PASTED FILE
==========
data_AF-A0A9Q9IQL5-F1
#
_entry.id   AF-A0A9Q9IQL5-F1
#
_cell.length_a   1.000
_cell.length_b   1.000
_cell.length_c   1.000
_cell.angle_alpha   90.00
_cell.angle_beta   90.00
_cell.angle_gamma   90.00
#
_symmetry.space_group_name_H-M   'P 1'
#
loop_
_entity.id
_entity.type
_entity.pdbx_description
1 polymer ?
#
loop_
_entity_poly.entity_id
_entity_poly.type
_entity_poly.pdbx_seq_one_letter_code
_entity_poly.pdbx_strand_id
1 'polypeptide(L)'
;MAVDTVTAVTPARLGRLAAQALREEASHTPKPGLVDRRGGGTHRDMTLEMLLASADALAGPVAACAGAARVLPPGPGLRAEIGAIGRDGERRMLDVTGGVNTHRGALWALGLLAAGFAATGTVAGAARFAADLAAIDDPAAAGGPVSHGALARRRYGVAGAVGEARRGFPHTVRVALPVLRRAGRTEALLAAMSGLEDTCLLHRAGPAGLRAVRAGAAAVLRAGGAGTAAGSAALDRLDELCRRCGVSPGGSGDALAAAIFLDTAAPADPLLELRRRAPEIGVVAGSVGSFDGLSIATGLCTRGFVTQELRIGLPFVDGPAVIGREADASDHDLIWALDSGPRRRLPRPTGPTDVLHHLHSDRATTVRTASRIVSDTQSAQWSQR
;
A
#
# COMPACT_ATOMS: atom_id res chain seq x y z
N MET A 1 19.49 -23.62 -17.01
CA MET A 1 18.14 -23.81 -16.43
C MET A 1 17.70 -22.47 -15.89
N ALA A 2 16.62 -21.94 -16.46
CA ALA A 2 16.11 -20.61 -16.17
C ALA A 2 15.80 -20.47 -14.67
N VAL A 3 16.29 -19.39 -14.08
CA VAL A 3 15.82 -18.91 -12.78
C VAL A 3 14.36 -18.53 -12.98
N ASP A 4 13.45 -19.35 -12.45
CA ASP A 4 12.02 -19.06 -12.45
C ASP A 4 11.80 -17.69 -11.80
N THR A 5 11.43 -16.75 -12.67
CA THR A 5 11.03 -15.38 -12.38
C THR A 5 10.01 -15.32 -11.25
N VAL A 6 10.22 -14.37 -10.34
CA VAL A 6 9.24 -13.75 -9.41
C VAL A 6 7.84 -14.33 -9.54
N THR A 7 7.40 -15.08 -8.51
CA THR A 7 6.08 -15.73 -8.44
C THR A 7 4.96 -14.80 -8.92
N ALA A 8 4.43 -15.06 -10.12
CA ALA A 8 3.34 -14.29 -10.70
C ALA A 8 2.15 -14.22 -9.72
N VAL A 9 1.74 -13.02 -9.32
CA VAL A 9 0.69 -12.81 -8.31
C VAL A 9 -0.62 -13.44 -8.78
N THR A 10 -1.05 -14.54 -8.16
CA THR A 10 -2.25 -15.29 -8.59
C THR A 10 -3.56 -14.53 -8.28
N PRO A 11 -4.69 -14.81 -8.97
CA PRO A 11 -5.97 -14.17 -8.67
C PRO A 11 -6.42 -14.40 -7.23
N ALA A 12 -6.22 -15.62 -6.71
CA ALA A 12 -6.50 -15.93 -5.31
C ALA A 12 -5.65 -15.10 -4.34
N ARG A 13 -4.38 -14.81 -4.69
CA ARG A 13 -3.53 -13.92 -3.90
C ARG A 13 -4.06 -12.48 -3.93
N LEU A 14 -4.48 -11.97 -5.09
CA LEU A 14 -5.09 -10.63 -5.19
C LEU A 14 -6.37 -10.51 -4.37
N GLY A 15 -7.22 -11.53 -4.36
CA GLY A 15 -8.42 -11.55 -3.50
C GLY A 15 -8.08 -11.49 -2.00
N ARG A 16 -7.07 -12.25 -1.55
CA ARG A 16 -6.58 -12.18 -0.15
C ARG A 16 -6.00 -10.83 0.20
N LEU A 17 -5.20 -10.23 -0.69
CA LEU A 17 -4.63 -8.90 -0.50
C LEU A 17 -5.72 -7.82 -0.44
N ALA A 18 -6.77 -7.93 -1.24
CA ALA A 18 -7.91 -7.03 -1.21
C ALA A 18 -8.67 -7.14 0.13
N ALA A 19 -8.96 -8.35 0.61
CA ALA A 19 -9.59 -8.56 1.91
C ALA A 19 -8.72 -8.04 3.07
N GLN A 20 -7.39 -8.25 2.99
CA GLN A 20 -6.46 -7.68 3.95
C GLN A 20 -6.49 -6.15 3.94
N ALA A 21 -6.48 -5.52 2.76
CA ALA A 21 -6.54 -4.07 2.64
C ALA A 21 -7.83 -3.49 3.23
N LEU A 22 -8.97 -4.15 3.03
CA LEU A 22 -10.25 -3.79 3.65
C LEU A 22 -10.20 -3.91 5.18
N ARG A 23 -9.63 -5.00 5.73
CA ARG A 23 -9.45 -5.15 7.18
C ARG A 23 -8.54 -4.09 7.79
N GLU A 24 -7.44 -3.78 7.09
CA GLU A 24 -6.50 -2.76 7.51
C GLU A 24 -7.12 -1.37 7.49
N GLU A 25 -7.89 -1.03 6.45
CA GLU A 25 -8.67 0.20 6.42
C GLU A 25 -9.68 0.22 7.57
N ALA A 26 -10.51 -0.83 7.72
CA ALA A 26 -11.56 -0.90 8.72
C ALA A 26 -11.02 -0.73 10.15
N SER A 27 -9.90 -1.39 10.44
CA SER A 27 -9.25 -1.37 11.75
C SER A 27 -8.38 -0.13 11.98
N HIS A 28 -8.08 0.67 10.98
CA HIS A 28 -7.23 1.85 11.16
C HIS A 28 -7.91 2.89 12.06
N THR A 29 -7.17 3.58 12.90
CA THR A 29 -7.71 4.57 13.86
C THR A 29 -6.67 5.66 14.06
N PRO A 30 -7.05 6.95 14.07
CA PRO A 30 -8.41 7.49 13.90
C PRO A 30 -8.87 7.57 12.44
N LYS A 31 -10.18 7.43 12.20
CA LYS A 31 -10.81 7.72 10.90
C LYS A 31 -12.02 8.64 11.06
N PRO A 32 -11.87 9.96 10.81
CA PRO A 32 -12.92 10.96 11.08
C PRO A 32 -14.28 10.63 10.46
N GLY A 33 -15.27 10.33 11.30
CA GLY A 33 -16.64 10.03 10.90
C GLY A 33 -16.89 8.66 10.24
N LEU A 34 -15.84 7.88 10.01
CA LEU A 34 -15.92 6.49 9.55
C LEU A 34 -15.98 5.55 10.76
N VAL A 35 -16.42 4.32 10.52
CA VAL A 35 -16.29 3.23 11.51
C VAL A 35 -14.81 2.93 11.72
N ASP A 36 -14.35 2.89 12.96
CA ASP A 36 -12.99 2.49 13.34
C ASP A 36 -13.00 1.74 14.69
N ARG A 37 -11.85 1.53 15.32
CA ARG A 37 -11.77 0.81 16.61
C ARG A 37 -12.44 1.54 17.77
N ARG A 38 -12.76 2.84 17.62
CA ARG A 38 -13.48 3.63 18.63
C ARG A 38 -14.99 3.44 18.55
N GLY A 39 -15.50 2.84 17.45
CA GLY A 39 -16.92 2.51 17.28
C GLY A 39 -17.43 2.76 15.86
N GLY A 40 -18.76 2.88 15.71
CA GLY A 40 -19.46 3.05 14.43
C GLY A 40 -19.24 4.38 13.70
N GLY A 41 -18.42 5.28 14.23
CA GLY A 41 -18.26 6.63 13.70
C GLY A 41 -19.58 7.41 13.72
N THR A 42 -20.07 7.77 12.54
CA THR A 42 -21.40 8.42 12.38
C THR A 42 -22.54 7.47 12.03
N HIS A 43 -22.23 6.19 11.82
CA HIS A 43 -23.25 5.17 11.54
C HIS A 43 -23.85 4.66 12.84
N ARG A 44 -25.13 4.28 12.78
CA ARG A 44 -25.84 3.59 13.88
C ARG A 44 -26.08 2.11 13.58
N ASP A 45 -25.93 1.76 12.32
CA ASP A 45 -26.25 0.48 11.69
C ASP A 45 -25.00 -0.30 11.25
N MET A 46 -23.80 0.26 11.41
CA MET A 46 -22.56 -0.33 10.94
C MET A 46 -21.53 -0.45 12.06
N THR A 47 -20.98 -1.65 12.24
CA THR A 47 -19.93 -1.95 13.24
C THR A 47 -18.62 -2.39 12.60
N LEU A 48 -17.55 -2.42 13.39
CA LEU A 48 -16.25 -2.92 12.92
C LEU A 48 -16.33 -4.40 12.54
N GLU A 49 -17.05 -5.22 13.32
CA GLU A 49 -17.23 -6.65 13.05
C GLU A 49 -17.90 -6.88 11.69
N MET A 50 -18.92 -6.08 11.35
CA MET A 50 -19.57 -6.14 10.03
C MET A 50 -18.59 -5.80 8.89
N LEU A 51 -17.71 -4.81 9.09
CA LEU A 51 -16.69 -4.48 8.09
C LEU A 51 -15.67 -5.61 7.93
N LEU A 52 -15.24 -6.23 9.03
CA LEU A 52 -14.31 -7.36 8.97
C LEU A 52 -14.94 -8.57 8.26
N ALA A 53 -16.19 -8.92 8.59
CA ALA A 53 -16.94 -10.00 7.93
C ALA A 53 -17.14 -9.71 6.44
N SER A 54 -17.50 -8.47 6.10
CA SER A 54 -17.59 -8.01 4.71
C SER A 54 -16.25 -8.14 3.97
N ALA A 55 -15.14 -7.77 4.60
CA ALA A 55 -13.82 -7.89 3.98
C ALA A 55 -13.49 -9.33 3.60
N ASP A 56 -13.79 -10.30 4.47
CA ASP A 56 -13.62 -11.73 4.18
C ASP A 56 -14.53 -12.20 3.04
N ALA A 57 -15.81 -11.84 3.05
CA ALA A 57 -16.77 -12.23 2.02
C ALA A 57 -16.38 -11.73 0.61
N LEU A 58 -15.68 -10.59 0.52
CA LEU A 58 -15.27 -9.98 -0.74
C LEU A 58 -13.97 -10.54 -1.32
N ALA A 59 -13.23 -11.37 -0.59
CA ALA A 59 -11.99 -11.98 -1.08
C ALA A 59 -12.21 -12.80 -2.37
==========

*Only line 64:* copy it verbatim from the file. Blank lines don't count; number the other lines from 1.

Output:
N ALA A 12 -6.22 -15.62 -6.71